Where the Redbuds Bloom
That's where I was last week. Unfortunately, my pics of the Redbud trees didn't turn out so this shot of my lilac starting to bud will have to suffice--proof that spring really has finally arrived here in the upper Midwest.
My trip to the south was on account of a wheel. Not just any wheel, a Rick Reeves Frame wheel. My sister from a different mother (not really, it just feels that way) June contacted me last January to see if I'd want to buy it--she just had too many wheels and one of them had to go. I could hardly believe it. I had been very happy with my wheel family--the big Black Walnut Lendrum Saxony, my Ashford Traveller and little baby Joy. About the only thing that would tempt me to get another one was if a legendary Reeves wheel fell into my lap--and then one did!
Isn't it a beauty! (Please only look at the pretty wheel and not at the condition of the yard.)
The wood is Red Oak and it's a lovely warm honey color. I'm not sure when it was made, but it has the brass plate on the front, and is hand signed by Mr. Reeves on the back.
Oh, and I love the script R on the crank. The attention to detail is wonderful and the workmanship is absolutely stunning. I don't think I've ever seen anything this well made.
I love the on board storage for the extra whorls. Actually, this wheel came with two flyers (the regular and the large one), 6 bobbins (three for each flyer) and 6 whorls (again, three for each flyer). The ratios as I measured them are: 5.5:1, 6:1, 7.5:1, 9:1, 9.5:1, 10:1, 11.5:1, 12:1, 12.5:1, 14:1, and 15.25:1.
Another great feature of this wheel is that the mother of all can be placed at the center or to the right or left (or taken off completely when traveling).
As a left handed spinner it's great to be able to have the flyer on the right and be able to draft across my body instead of having to twist my body to the left when I want to long draw. Here's a shot of the bobbin in progress showing some woolen spun Shetland.
My first skein spun was this painted BFL roving. It shows the result of switching gears in midstream. This wheel has been very well cared for so wasn't in need of any special tender loving care to restore it, however, June had her set up for Scotch tension and I prefer spinning in double drive, so I switched out the drive band right away. It took awhile to get the hang of how it treadled (and we're still not totally in sync but I think we're definitely on the road to becoming friends).
The second skein was this laceweight Merino/Angora/Cashmere. Swapping out a second drive band with a softer cotton one made a big difference.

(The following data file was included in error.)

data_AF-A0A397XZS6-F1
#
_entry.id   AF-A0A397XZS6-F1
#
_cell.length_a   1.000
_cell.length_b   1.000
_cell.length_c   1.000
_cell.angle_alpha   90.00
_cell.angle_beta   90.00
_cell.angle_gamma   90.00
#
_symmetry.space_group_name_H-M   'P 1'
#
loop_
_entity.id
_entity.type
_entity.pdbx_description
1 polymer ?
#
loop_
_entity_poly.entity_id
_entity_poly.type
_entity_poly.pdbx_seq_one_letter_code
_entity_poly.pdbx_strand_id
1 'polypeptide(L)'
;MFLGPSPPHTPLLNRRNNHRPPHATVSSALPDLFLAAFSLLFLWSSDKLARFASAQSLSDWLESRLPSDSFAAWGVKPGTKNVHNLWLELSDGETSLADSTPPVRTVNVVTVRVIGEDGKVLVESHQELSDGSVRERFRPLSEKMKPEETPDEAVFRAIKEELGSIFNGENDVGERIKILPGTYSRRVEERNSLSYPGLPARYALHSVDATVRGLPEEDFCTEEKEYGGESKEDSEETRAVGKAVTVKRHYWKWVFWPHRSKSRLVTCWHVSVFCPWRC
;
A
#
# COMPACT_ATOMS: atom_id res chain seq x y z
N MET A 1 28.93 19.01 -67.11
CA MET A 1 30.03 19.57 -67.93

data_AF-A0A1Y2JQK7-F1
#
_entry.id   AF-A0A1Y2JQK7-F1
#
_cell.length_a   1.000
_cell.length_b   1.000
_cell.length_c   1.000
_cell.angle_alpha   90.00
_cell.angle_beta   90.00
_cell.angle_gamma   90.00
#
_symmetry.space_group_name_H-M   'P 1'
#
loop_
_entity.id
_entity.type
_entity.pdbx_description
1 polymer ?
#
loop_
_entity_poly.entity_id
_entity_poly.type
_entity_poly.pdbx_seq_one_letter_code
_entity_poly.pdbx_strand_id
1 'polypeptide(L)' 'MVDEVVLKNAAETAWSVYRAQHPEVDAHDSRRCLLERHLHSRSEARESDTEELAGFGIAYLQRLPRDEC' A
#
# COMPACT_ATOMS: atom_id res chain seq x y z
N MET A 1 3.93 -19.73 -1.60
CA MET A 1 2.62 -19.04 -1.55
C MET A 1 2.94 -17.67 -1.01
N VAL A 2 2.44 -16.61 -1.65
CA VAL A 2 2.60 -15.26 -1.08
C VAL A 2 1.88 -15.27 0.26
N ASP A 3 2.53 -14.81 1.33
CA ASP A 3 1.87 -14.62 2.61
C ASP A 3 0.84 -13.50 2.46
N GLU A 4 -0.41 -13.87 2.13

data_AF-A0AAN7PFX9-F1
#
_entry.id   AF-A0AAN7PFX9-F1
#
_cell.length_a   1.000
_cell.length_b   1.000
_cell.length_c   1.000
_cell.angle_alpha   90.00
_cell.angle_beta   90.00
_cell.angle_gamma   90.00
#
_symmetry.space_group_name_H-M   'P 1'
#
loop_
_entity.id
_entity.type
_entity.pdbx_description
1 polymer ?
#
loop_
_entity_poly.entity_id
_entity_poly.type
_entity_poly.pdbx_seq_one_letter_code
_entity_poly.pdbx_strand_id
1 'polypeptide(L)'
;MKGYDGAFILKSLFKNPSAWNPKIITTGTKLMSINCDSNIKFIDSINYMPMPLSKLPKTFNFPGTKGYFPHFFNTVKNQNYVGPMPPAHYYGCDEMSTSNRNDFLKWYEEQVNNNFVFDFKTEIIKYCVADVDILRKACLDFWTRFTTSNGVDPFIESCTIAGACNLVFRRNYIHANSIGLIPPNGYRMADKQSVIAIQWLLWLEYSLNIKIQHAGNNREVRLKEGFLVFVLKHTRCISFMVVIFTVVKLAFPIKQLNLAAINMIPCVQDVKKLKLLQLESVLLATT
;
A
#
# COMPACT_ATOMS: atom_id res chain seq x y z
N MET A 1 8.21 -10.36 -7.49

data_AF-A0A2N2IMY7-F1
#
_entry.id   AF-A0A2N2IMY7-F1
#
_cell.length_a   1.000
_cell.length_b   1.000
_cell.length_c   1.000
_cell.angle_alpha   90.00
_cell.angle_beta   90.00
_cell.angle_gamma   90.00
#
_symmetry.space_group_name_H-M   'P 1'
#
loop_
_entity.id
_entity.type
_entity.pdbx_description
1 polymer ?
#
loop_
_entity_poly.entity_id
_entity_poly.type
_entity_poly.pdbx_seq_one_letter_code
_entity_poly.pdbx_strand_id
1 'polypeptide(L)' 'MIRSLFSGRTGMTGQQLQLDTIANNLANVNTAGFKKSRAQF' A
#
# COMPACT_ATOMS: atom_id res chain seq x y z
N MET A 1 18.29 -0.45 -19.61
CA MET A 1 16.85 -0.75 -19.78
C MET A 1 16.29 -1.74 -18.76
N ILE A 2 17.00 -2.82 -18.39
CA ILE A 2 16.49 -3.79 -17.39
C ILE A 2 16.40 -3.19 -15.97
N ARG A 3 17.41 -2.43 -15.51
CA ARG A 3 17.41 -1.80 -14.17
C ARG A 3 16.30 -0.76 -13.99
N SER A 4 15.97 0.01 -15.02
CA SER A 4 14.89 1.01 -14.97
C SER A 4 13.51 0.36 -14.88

The first drive band I put on was some parachute cord that I'd gotten for my Traveller. It's a very tight cotton cord and has held up really well on that wheel, but on the Reeves it just made the take up too strong. So, thankfully, Roberta told me about the drive band material the Jensen wheels use (Strait Line cord--it's the stuff used for snapping chalk lines if you want to look for some) and it's much softer and more to my liking. I tend to spin with a very light take up, though, so YMMV.
A couple of people have asked for pics on how I sew a drive band on so even though this post is already picture intensive, I'm going to add on a bunch more to demonstrate it. This is something that Susan McFarland (of Susan's Fiber Shop) once showed me how to do.
First tie the new drive band on--you want to make sure you've got the right length and it will work with all the whorl/bobbin combinations on your wheel. Then, untie the knot and pinch that section tightly. Once you have it securely in your fingers, you can ease off the tension on the drive band so there's a little slack--makes it easier to sew.
Pierce both strands of the cord with a needle, wrap it around and repeat.
It's easiest to work from the middle out leaving a long tail. After you go one direction, thread the tail onto the needle and move the other direction. You only need to really sew through both strands for about a half inch total, then you can just wrap the thread around the two strands a little bit.
Once the band is sewn, you can cut off the remaining tail of cord and to keep the little ends from fraying, drip some candle wax on them.
It's a good idea to really get the drive band out of the way of the wheel when you do this because you don't want to drip hot wax on the beautiful wood.
Then, when the wax is still warm, rub the whole sewn section back and forth in the palm of your hands. This sort of melds the whole thing together and prevents it from getting stiff. Done. No knots to get in the way of your spinning--only smooth sailing...
...make that smooth spinning.